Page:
This week I attended a high school graduation of one of my Hwa Rang Do Black Sashes, She’s the only teenage female Black Sash that I have taught besides my sisters in the over 33 years I have been teaching. She graduated with honors from Elycee Francais and is accepted to UC Berkeley. As I was walking into the school, I saw some familiar faces and in particular a grandmother of two kids who were formerly my students. I have not seen them in many years as the girl stopped training after receiving her TSD Black Belt, but she is my girl’s best friend and her brother, who also trained when he was 6 or 7 was unrecognizable. He was 6’5”, at only 15 years old and already being recruited by colleges for basketball. I remember him being quite a handful as a little tiger. The grandmother walked over to me and was delighted to see me. She held my hand and said, “Thank you so much for all that you do for the kids.” I have not seen her in 7, 8 years and she left me speechless and as I was fumbling for words like, “ah it was nothing or was it I didn’t do anything.” Before I can say anything, she gave me a big hug and that meant everything to me.

Sitting there in the auditorium as I am trying to see where my girl was in the parade of incoming graduates, I realized that I could not find her. I could not see the cute 4 year old in ponytails. When I finally made her out, she was a beautiful young woman, tall, proud, and with make up and heels. Wow! It’s been 14 years already. And of course we never think of how old we are getting.

As I sat through the speeches from the president and the school faculty, I was reminded that I am not an island, that I am not alone. And you can’t imagine how refreshing that is for me. As the president spoke, what remains in my mind are these two statements; “we do not give compliments easily. They must be earned.” And “we have high standards for our students.” Awesome! I am thinking to myself as I nod in agreement. As she receives her diploma and her awards, I was filled with great joy and satisfaction. And it dawned on me, she was not my girl, not my daughter, but she might as well be. Although she was not my own, it would be the closest I would come to feeling the joy of raising a child.

As I watched her mingle with her friends, taking pictures, and congratulating each other, I was admiring how beautiful she was, how feminine, how delicate, then for a moment I thought to myself, “Oh I should have been easier on her” and that quickly changed to “No, and then, do these people realize that underneath that cover of beauty and femininity, lies a fierce warrior who can seriously kick some ass.” And that thought brought a comforting, satisfied grin across my face. I was genuinely proud of her and I guess I was gloating a little in hoping that my teachings took some part in helping her to be how she is today. However, the true testament of her success lies with the mother, Christina. There were many moments when Andrea, oh did I mention who this girl was, yes it’s Andrea Perez-Bertolotto.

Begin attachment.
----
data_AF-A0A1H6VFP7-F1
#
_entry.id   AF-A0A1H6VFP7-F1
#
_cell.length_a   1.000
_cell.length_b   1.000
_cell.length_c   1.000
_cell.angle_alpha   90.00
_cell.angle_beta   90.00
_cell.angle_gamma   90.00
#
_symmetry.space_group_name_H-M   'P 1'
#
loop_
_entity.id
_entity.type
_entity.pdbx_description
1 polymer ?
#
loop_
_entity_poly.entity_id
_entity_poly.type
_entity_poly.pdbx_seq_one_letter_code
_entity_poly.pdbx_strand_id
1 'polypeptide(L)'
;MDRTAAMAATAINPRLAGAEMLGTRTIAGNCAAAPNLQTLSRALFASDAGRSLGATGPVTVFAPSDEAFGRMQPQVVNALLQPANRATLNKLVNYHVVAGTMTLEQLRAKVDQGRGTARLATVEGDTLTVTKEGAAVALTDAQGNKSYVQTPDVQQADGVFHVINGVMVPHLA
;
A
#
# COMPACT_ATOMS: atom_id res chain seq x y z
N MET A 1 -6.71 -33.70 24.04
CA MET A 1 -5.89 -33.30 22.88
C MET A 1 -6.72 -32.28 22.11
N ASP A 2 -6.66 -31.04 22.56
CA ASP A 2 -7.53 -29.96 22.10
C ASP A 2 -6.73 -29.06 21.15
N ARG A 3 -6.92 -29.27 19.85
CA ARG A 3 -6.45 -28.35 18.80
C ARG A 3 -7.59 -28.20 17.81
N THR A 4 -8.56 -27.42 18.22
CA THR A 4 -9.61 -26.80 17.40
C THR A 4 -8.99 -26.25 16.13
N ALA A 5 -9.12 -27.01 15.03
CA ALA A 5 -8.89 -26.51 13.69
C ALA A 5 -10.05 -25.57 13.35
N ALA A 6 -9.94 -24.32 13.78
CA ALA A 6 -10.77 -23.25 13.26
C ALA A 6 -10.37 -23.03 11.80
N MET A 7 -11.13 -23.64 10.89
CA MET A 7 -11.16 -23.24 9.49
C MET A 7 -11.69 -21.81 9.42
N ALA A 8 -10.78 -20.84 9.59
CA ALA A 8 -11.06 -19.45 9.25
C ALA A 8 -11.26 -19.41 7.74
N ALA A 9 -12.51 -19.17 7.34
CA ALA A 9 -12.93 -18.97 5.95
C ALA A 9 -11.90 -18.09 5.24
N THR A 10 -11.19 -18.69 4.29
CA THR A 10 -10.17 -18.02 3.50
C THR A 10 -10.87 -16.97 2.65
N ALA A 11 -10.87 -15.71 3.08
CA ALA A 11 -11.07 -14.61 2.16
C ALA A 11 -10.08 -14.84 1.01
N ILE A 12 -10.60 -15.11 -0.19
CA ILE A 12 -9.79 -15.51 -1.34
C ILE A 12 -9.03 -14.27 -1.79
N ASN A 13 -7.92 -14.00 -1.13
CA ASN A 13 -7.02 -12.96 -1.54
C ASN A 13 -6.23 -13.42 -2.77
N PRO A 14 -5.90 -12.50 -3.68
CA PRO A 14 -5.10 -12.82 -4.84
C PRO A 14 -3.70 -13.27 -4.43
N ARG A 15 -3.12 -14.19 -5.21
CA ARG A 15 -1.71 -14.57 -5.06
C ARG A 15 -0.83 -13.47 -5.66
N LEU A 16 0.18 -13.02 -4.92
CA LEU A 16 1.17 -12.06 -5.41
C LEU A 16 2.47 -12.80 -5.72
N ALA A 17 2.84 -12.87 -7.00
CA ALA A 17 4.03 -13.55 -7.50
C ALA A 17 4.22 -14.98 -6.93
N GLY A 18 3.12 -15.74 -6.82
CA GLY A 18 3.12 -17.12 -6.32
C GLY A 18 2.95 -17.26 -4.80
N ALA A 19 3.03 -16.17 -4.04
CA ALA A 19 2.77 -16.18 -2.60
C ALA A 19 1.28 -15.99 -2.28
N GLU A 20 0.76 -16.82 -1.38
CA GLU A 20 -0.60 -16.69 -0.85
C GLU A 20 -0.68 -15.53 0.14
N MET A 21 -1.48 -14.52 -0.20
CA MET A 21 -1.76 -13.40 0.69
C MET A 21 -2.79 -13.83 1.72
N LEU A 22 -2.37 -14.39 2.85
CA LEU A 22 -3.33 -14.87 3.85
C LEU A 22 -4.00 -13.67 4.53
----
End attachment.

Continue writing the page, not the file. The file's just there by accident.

As I was saying, there were many moments when Andrea wanted to quit Hwa Rang Do, especially when all her friends quit. To give you a perspective: in Tae Soo Do they average a belt test every 3 to 4 months, for Hwa Rang Do it takes a year to 1 1/2 and has ten times more the curriculum than Tae Soo Do. So it would take an additional 6 to 10 years to reach Black Sash. These were critical times in their early adolescence with so many distractions, so many new experiences and possibilities. However, Christina did not give her daughter the option of quitting, even after many arguments with her husband, who is in fact a Hwa Rang Do blue sash himself and should have known better, LOL!

And, let me tell you, and all my students know, I was definitely not easy on her even through those awkward years where her body is growing faster than she can handle. We live by the idea of “not looking for exceptions, but to be exceptional!” And that was my aim. I am sure there were many moments she cried herself to sleep and wanted it all to stop. Things did not get easier as she had to prepare for her black sash examination. To review hundreds if not thousands of techniques, moves, forms, fighting, weaponry, then perform them in front of an intimidating board of judges compromised of Dojoonim (our founder) and his high ranking masters, a 15 page minimum dissertation, 2 poems, 2 hour written exam with a mean score of 50 out of 100, power break though concrete slabs, and doing this with a demanding college prep work at school, not to mention that she is the only or one of a very few women in class, having to spar, grapple, and weapon fight 20 to 30 other male adults throughout most of her teen life. To say the least she did excellent and seemed to have breezed through it. I think I was more nervous than she was. I know I was more nervous.

Finally, I saw her prepare for her college entrance exams, interviews and the application process. She could have on any of these occasions asked to take a break, stop training; many have, for far less as breaking of a fingernail. But, she did not. She managed and juggled through all her responsibilities here, her school and family, never complaining, never losing her poise, her character. And neither did her mother.